Sidney Powell's claim that 'no reasonable person' would believe her comes back to bite her

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Michigan is seeking sanctions against former Trump attorney Sidney Powell for filing frivolous lawsuits to overturn the results of the 2020 election.

Sidney Powell's defense against a $1.3 billion lawsuit over her lies about voter fraud in the 2020 election could come back to bite her.

Powell, a lawyer who supported Donald Trump's claims of election fraud and filed multiple failed lawsuits across the country seeking to overturn the 2020 election, is being sued by Dominion Voting Systems for defamation after she falsely accused the company of conspiring with a dead Venezuelan dictator to rig the election against Trump.

Back in March, Powell argued that Dominion's lawsuit should be dismissed because "no reasonable person" would believe her lies about voting machine rigging.

Now, however, Michigan Attorney General Dana Nessel is using Powell's defense in the Dominion lawsuit to support filings on Feb. 1 made by Nessel, Gov. Gretchen Whitmer, and Secretary of State Jocelyn Benson with the Attorney Grievance Commission in Michigan and the State Bar of Texas calling for Powell's disbarment.

Nessel is seeking sanctions against Powell and three other attorneys for filing frivolous lawsuits to overturn the results of the 2020 election in the Wolverine State, asking that they be stripped of their licenses to practice law and forced to repay legal fees incurred as a result of their suits.

"Faced with the specter of more than $1.3 billion in damages in the Dominion Action, Ms. Powell has adopted a new litigation strategy to evade Dominion's defamation claim: the truth. Whether that strategy will be advantageous in the Dominion Action remains to be seen, but it strongly underscores why sanctions and attorneys' fees are appropriate here," reads the brief Nessel filed in the sanctions cases, according to the website Law & Crime.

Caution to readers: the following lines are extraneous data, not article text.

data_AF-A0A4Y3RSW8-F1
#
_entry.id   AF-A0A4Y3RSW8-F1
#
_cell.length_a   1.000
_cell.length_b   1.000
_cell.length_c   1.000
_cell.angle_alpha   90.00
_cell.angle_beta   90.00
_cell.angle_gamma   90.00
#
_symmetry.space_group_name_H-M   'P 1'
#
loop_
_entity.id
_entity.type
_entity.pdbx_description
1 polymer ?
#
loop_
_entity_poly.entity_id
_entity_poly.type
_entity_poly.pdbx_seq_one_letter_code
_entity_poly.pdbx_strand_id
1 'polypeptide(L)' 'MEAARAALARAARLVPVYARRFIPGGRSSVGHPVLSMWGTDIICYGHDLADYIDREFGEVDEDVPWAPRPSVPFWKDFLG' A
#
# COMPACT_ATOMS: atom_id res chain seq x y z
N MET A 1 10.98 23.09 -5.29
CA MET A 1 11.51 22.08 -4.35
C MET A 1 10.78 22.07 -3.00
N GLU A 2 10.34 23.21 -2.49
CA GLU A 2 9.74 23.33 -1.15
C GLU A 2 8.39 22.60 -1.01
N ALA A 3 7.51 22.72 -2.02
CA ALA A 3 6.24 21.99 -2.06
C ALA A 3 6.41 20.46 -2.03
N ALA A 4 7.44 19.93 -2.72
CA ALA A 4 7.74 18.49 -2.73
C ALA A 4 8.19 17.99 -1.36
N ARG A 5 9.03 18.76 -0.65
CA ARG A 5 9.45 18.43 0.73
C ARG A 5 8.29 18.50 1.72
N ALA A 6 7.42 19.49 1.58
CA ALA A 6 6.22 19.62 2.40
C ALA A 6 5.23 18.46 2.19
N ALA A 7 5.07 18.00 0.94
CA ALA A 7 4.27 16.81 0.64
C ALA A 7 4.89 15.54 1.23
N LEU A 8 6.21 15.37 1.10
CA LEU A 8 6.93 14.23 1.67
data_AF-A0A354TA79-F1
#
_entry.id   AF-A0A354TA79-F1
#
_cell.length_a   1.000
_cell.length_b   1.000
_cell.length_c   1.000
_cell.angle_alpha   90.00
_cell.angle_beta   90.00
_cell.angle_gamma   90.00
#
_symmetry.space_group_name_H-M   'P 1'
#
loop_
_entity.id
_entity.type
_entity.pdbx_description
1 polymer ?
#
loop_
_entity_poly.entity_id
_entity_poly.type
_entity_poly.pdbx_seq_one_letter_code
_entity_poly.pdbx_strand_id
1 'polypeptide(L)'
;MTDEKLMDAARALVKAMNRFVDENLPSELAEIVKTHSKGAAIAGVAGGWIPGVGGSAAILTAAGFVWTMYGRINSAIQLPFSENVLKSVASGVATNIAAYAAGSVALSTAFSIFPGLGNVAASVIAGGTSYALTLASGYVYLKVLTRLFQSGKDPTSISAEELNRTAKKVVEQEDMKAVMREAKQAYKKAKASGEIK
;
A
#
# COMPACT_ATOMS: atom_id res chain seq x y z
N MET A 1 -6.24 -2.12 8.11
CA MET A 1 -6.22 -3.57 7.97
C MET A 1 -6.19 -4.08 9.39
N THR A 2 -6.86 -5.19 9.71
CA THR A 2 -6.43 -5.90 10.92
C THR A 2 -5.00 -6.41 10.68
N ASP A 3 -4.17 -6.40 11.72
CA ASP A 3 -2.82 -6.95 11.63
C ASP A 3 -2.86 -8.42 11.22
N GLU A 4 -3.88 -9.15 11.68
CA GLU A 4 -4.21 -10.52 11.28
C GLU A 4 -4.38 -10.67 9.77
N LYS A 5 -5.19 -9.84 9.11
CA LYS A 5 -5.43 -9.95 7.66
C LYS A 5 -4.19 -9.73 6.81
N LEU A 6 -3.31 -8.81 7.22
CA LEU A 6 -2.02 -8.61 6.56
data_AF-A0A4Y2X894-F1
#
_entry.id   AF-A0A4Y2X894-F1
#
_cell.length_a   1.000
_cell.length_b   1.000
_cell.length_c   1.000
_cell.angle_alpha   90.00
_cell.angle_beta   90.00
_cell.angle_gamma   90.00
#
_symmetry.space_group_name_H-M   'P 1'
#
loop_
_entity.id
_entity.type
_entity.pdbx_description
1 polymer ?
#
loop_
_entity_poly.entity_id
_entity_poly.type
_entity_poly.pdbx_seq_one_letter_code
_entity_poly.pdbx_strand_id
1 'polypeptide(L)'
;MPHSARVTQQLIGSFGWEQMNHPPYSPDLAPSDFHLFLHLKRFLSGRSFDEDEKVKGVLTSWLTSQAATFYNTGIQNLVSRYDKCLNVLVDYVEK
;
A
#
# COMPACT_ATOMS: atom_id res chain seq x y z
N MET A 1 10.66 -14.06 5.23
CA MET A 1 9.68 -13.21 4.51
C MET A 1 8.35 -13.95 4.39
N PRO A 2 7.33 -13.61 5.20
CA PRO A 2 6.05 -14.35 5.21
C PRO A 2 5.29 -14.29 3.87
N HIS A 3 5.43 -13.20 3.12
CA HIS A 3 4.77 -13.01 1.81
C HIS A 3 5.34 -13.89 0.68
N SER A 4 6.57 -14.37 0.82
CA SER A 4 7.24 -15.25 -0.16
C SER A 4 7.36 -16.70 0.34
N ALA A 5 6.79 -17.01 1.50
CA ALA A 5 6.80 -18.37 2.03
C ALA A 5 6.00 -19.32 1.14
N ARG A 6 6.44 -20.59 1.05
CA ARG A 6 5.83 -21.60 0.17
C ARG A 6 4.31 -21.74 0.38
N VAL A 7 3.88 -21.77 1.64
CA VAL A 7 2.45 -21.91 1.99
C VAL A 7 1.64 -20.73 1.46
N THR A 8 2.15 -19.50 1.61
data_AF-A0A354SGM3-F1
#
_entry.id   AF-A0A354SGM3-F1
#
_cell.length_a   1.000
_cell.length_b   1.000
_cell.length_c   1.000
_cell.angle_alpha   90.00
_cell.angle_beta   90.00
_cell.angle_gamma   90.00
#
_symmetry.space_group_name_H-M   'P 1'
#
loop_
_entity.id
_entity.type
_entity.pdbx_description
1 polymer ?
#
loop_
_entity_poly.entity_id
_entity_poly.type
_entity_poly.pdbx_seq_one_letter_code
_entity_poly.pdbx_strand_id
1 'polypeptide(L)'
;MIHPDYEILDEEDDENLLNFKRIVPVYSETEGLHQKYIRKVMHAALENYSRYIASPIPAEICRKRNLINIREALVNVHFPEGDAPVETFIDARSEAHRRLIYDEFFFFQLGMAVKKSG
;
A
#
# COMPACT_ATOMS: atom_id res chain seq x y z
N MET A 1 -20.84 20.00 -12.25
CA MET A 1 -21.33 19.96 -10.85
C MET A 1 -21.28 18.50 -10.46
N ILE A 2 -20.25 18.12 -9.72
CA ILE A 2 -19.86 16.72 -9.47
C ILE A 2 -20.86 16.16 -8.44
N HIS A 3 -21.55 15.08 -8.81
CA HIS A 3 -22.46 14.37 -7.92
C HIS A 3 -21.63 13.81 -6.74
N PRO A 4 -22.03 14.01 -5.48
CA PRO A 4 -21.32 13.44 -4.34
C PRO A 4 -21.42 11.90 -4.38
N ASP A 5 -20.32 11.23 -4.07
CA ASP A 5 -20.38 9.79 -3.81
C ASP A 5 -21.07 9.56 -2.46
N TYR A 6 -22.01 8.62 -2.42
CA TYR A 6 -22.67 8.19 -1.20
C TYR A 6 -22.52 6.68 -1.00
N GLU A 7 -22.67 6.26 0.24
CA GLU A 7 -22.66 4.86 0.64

The brief continues, "If there were any doubts about counsel's mindset when filing this action, Ms. Powell has put them to rest. She and her co-counsel knew there was no reasonable basis for the statements they made in this litigation, but they made them anyway."

In seeking to defend herself against the sanctions Michigan is seeking, Powell had said in February that she shouldn't be disbarred because her allegations of fraud could be proved, the Detroit Free Press reported.

But that doesn't jibe with Powell's defense in the Dominion lawsuit, which claimed that "reasonable" people would not have believed her claims.

Nessel tweeted on Wednesday, "As lawyers, fidelity to the law is paramount and these attorneys seemingly made statements they knew were misleading in an effort to further conspiracy theories in an effort to erode public trust in government and dismantle our systems of democracy. Their actions are inexcusable."

Powell is one of a number of people Dominion has sued for the lie that the voting machine company rigged the election against Trump — a lie that was officially debunked in a joint Department of Justice and Department of Homeland Security report in March. Dominion has also sued Trump lawyer Rudy Giuliani, Fox News, and MyPillow CEO Mike Lindell.

Published with permission of The American Independent Foundation.